Dog Behaviour and the older brain !
The old adage ‘use it or lose it’ seems to be as true for our dogs as it is for us, and while our dogs can’t do online puzzles or crosswords, we can make sure we continue to train them within the limits of their physical abilities, teach them new skills and give them problem-solving exercises to keep them thinking and exercising their grey matter.
Forget that ‘you can’t teach an old dog new tricks’ – in fact a dog who has had a lifetime full of learning opportunities will be just as adept at mastering a new skill as a younger one with fewer learned behaviours to call on.
Brain games for older dogs enrich their lives, prevent boredom, and give us a way to interact with our veteran canine companion in a fun and stimulating way.
Games in the house
Engage your dog’s brain with interactive games. Many of these don’t involve leaving the house and so you can give your dog mental puzzles to solve without tiring his body. These can be as simple as hiding treats inside an old toilet roll for him to shake out to more advanced search and sniff games.
There are many interactive toys on the market – from Kongs that your dog can chew to remove treats (although these may be too tough for older teeth) to treat dispensing balls that can be easily rolled, or snufflemats that can be used to hide treats and even meals. Make sure all toys can be played with lying down so your dog isn’t standing for long periods or for when your dog needs to rest.
Games on a walk
You can play hide and seek games or lay scent trails with treats for your dog to follow – but be aware that you may need to keep him on a lead so he doesn’t wander off, especially if his hearing isn’t as good as it was.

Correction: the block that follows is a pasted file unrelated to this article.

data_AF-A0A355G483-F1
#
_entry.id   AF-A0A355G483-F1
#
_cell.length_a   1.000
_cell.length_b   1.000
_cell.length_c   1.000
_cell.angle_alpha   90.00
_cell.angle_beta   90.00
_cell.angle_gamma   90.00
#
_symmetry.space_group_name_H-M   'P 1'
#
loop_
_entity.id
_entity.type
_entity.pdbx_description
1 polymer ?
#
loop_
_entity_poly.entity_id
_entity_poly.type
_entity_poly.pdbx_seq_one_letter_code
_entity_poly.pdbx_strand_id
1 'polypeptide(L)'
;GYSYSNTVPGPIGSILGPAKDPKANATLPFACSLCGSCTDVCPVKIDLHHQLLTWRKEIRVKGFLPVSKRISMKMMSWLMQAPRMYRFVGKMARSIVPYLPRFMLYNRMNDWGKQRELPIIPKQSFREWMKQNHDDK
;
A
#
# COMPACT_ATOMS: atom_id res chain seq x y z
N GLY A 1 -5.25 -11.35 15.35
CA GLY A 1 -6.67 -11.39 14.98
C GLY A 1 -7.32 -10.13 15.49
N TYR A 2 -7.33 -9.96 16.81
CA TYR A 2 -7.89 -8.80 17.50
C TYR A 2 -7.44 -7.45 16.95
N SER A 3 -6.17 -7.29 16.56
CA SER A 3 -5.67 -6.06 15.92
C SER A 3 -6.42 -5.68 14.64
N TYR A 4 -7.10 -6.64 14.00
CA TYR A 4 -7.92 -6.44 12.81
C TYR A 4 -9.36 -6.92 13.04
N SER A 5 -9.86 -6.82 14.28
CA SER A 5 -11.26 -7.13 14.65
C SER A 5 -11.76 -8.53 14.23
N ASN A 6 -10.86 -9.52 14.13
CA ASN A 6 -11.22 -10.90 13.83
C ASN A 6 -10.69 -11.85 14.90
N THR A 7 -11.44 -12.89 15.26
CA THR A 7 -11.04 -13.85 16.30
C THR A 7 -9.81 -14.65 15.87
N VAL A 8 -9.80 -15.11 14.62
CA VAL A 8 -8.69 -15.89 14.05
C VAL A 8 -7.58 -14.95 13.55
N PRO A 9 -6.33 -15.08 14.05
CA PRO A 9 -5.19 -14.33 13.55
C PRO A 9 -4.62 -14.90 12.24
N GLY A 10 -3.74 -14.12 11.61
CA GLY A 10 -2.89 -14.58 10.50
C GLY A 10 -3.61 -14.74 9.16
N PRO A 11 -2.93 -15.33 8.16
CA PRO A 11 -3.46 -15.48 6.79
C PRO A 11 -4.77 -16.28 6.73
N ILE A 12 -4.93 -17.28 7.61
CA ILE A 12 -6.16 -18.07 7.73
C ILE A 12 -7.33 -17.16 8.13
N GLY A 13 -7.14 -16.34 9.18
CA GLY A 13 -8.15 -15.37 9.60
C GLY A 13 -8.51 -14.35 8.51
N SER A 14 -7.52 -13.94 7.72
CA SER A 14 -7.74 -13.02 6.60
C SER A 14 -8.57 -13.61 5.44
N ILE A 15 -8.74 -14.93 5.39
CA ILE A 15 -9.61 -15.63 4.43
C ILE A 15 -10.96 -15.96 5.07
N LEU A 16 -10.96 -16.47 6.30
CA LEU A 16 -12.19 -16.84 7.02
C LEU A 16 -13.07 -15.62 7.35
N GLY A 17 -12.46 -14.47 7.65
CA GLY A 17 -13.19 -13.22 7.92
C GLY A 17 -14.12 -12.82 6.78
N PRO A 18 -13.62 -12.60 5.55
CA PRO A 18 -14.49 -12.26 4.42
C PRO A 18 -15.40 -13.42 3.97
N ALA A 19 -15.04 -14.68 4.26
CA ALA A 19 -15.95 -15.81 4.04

Use your nose
While sight and hearing can fade in older dogs, their sense of smell seems to be more robust – and nearly every older dog seems to be able to sniff out a smelly treat.
Brains In Older Dogs
You are what you eat – and owners need to make sure their dog is getting a good species appropriate diet that gives them all the nutritional support they need to support good mental health – and that they are drinking enough water. Sometimes as dogs get less mobile, they don’t get up and go to their water bowl so often – and a dehydrated brain is an unhealthy brain!
There are however certain conditions that affect older dogs that are not just the normal signs of ageing – and Canine Cognitive Dysfunction (CCD) is one of these. Most behaviour problems that occur suddenly in an older dog are as a result of clinical issues such as CCD so your vet should always be your first point of call.